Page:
In Aztec culture the sun was seen as entering a new cycle every 52 years. In the dark of the night of the last day of the old cycle, all the fires in the houses were extinguished. The priests processed to a mountain where they lit a ritual fire. All members of the society stood on their roofs in dread that the new sun might not rise. All cut their ears and flicked blood in the direction of the fire, giving their life blood to empower the sun to rise. When it rose, the light of the fire was then carried back to rekindle the fire in every home.

Mesoamerican culture was not without ambivalence toward human sacrifice. They remembered the priest-king Quezalcoatl who bled himself to sustain the life of all, but forbade human sacrifice, substituting offerings of flowers and butterflies. But he was defeated by rival priests who insisted on the necessity of sacrificing humans as the highest and best expression of life.

The Spanish, by contrast, brought with them a spirituality of righteous violence. For them, the cosmos was divided between two powers, God and Satan. The realm of God was sustained and extended by a constant war against the forces of Satan. Violence is to be directed against representatives of the realm of Satan. Destroying them was seen as righteous punishment of these evil “others” to defend and extend the realm of God. The Spanish saw themselves as agents of God in this work of punishing the minions of Satan and expanding the realm of God. God triumphs through destroying the works of Satan, sending Satan’s servants into eternal punishment. The sacrificed ones of Aztec society were seen by the Aztecs as ascending to the heavens, becoming gods. In contrast, the Spanish saw those they those killed as embodiments of evil to be sent down to hell.

I suggest that this spirituality of righteous violence still shapes the Christian world, and is embodied particularly in the attitude toward “enemies” in U.S. domestic and foreign policy. Our enemies, whether the leaders of communist states, or Saddam Hussein in Iraq, are always embodiments of Satan. We are the righteous ones waging war to defend the realm of God, democracy and the free market, against these minions of Satan. By righteous violence we destroy or at least suppress the expansion of this evil realm and punish its representatives. If large numbers of innocent civilians die or are injured in the process, this is “collateral damage.” In the words of former Secretary of State Madeleine Albright, commenting on the children dying in Iran as a result of the embargo, it is “worth the price.”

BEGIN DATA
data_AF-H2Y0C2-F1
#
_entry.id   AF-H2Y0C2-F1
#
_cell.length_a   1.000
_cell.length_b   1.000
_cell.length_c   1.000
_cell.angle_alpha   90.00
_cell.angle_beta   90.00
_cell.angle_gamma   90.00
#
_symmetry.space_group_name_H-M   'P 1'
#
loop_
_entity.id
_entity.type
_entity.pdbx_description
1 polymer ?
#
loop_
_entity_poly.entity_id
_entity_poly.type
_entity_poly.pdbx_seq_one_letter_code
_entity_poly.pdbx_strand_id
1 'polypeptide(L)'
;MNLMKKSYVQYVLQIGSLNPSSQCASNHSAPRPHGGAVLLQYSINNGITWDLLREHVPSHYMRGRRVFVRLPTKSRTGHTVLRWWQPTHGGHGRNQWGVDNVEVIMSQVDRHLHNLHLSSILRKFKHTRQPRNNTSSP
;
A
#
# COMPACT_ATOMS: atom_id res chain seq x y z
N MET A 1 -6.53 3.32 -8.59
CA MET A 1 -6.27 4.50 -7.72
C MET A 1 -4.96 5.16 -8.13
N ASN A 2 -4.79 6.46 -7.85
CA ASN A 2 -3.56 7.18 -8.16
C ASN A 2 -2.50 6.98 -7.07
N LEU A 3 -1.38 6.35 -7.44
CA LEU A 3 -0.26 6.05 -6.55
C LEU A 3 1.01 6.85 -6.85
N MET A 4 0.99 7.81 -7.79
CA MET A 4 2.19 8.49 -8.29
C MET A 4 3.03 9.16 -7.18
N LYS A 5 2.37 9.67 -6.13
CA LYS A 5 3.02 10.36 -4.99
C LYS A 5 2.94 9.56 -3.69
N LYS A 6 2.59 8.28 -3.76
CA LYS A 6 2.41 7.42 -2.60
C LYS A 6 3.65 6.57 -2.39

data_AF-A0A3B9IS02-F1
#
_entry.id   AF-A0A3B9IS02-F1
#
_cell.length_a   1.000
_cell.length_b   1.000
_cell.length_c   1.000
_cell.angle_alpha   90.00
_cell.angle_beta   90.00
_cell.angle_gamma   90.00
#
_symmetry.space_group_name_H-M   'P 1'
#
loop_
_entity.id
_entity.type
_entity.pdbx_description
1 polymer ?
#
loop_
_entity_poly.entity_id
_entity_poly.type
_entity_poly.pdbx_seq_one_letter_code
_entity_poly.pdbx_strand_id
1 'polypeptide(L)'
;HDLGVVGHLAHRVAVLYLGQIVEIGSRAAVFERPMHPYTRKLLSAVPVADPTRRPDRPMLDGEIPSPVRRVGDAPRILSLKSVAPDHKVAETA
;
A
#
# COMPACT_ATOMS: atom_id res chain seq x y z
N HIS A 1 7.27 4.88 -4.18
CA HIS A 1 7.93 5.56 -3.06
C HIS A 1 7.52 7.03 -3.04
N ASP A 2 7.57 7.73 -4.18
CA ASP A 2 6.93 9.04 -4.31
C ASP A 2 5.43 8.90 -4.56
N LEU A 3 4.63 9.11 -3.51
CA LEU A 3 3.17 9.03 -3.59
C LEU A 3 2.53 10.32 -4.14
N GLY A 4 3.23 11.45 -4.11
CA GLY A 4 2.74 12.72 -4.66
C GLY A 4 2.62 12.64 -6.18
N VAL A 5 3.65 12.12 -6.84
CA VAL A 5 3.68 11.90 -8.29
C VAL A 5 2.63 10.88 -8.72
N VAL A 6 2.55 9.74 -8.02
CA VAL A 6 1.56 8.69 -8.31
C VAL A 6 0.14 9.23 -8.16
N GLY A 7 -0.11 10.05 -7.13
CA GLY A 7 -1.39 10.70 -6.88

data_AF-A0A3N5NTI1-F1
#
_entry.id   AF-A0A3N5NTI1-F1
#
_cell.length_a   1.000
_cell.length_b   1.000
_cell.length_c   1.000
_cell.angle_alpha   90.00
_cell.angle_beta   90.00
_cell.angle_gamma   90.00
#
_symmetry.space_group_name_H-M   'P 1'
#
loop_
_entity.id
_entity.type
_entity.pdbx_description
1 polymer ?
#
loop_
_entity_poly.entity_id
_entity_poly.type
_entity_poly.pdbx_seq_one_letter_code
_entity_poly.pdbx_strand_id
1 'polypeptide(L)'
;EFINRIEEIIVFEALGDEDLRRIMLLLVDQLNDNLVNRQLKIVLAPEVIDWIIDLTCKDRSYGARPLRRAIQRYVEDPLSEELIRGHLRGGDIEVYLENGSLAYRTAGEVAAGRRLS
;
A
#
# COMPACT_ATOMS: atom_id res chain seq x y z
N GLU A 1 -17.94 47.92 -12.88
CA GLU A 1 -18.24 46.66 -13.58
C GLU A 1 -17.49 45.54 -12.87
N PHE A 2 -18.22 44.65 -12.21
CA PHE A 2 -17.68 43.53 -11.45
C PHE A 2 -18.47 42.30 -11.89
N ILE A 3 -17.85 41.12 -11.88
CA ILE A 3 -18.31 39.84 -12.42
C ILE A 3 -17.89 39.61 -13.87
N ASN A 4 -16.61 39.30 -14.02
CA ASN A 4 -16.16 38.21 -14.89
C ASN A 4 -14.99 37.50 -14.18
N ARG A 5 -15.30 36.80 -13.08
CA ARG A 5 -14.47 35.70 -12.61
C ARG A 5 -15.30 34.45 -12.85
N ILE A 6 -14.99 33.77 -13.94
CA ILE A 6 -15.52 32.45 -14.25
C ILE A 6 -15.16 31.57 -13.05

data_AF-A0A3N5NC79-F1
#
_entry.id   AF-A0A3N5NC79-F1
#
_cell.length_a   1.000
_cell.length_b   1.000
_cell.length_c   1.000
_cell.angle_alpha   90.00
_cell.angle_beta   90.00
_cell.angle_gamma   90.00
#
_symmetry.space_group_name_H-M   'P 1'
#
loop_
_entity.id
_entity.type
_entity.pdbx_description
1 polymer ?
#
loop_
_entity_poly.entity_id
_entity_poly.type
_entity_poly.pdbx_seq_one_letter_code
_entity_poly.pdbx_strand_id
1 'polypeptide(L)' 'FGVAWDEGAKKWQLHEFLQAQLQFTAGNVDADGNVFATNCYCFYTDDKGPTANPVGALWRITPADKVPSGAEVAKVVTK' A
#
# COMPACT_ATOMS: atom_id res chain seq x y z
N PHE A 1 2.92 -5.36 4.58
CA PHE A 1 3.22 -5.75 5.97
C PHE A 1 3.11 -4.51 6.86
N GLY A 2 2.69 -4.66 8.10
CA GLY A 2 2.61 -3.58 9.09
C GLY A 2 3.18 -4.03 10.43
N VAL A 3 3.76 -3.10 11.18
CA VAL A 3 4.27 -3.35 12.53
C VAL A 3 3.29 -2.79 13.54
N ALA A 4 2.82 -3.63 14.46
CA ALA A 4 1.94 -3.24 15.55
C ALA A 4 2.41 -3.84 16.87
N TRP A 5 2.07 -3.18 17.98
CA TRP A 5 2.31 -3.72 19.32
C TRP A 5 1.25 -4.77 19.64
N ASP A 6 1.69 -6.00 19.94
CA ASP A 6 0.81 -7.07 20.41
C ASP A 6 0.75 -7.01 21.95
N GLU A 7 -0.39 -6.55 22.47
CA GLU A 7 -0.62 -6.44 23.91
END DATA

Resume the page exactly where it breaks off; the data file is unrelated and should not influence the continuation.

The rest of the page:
We view the perpetrators of domestic unrest with the same punitive suspicion. Our prisons are jammed with “criminals” who seldom escape from the “justice system” because their purpose is seen as punishment, not healing. Capital punishment is needed as the ultimate expression of this purging of unregenerate evildoers. The execution of Timothy McVeigh was a startling expression of this “righteous violence” that does “justice” through killing.

Here then are two spiritualities; the spirituality of giving life to sustain the life of the world, and the spirituality of punishing evil to vindicate God. Which is finally more dangerous? Which is finally more “redeemable”?

Rosemary Radford Ruether is a professor of theology at Garrett-Evangelical Theological Seminary, Evanston, Ill.

National Catholic Reporter, October 26, 2001